There is a famous saying: “Compassion is love in action.” It is true! When you practice compassionate giving, you are practicing love. This will make others that are seeking love, (i.e. Christ) come to you. The same way we go to a professional for advice in their field of practice, others will come to you when they see you acting out of your love for others. This gives you the perfect opportunity to share Christ’s message with them. They see His love acted out in your life and notice that you are different from everyone else. This is what Christ means when He says in Matthew 5:16, “In the same way, let your light shine before others, that they may see your good deeds and glorify your Father in Heaven.”
It has become common in our culture to be sedentary. The high sales of electronics and convenience items speaks well to this fact: televisions that we can speak commands to in favor of pushing buttons on a remote, watches that we can read text and emails on so we don’t have to pull our phone out of our pockets, and even alarm clocks that put the time on the ceiling so we don’t have to turn over to look at them. I’m not saying these devices are bad inherently, but they say a lot about our culture and the reason why many of us are less moved to action than we were in years past. This is something we must overcome.
It’s easy to think that someone else will see another’s needs and fulfill them, and just as easy for us to ignore the needs we see in front of us. We don’t always see these needs every moment of our daily lives, so we don’t have a constant reminder. For someone else, however, these daily needs that we ignore and forget are their daily way of life–a daily struggle to find food, shelter, and sometimes even just survive. It’s important for us to keep these people in our prayers and to be moved to action to help them. Our love for Christ should compel us to be a light to the world, and compassionate giving makes that light shine brightly to help everyone see it.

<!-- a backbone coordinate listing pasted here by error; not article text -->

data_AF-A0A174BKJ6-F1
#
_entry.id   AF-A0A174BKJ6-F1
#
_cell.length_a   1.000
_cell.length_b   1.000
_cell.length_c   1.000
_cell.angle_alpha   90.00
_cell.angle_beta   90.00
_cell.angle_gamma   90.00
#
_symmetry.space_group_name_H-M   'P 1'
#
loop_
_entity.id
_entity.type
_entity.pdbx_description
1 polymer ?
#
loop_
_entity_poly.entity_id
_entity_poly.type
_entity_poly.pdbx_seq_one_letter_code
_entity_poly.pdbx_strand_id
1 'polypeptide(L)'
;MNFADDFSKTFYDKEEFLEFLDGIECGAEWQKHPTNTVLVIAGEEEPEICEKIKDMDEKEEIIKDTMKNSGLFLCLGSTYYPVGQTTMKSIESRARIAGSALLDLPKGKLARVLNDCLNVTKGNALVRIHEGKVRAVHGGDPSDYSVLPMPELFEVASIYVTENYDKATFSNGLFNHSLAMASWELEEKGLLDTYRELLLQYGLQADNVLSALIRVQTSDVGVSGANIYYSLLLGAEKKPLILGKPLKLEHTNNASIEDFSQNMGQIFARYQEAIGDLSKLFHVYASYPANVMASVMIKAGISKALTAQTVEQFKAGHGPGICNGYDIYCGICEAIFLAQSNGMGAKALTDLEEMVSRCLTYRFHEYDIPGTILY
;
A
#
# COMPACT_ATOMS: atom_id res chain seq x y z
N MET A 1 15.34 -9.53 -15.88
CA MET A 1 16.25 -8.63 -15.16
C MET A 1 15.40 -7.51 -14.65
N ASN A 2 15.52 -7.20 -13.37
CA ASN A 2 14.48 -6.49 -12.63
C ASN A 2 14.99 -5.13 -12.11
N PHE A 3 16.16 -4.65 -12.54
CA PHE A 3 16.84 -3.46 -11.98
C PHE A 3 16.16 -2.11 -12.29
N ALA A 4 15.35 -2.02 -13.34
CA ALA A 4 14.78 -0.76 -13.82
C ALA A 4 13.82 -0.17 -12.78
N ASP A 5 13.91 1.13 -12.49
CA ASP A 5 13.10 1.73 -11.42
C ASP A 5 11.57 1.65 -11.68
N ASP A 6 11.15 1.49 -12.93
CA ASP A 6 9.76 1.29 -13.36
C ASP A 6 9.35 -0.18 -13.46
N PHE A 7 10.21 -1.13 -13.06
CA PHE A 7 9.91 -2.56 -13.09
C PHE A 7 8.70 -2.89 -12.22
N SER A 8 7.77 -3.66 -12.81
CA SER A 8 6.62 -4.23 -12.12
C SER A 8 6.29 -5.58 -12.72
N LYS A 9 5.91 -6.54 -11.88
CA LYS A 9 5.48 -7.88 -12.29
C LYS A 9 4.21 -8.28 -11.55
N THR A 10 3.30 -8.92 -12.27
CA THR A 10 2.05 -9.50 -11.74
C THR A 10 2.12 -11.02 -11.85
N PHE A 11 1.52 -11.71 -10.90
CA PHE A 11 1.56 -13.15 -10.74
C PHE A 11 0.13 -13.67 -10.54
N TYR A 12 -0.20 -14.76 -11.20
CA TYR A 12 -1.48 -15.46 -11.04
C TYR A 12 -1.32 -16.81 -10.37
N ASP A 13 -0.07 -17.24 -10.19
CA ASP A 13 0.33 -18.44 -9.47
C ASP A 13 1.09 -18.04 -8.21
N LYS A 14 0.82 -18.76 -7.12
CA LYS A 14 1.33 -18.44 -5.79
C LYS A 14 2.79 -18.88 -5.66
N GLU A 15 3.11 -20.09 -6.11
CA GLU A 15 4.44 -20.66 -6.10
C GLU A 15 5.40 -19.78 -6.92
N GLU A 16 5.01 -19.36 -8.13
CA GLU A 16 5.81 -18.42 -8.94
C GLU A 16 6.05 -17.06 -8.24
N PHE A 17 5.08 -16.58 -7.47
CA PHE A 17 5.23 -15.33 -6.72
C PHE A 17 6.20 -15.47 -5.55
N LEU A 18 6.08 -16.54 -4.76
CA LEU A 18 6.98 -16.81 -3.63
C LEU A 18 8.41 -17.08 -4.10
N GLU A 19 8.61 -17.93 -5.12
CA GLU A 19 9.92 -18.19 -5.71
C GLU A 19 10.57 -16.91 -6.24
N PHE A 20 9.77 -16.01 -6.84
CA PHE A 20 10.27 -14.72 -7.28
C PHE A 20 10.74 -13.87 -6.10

Could you imagine a world where everyone received the help they needed? A world where no one starved to death or died of treatable diseases? This ideal world is only possible if each one of us helps another. If every individual were to help someone or give to an organization that helps others, we could create that world. Some people don’t have time to give, but they have finances they can spare, while others don’t have any finances to give, but they could spare a few hours a week. Whatever way we can help, we are told to do so (Acts 20:35). The first step is making a conscious effort to begin helping. Think of a friend in need or an organization that fills a need that you feel God is calling you to support, and pray about giving to them financially or volunteering with them. This isn’t to say that it is going to be easy, but it will be worth it… and it will show the love of Christ to a world that desperately needs Him.
I’m not writing to you to make you feel guilty or shame you into anything. That isn’t my intention. I’m writing to encourage you, empower you, and help you be moved to help someone in need. No one person can do it by themselves; it takes all of us, so prayerfully consider being a light to someone today. May God guide you to the person who needs your help, and give you the courage to reach out your hand.
Hebrews 13:16, “ Do not neglect to do good and to share what you have, for such sacrifices are pleasing to God.”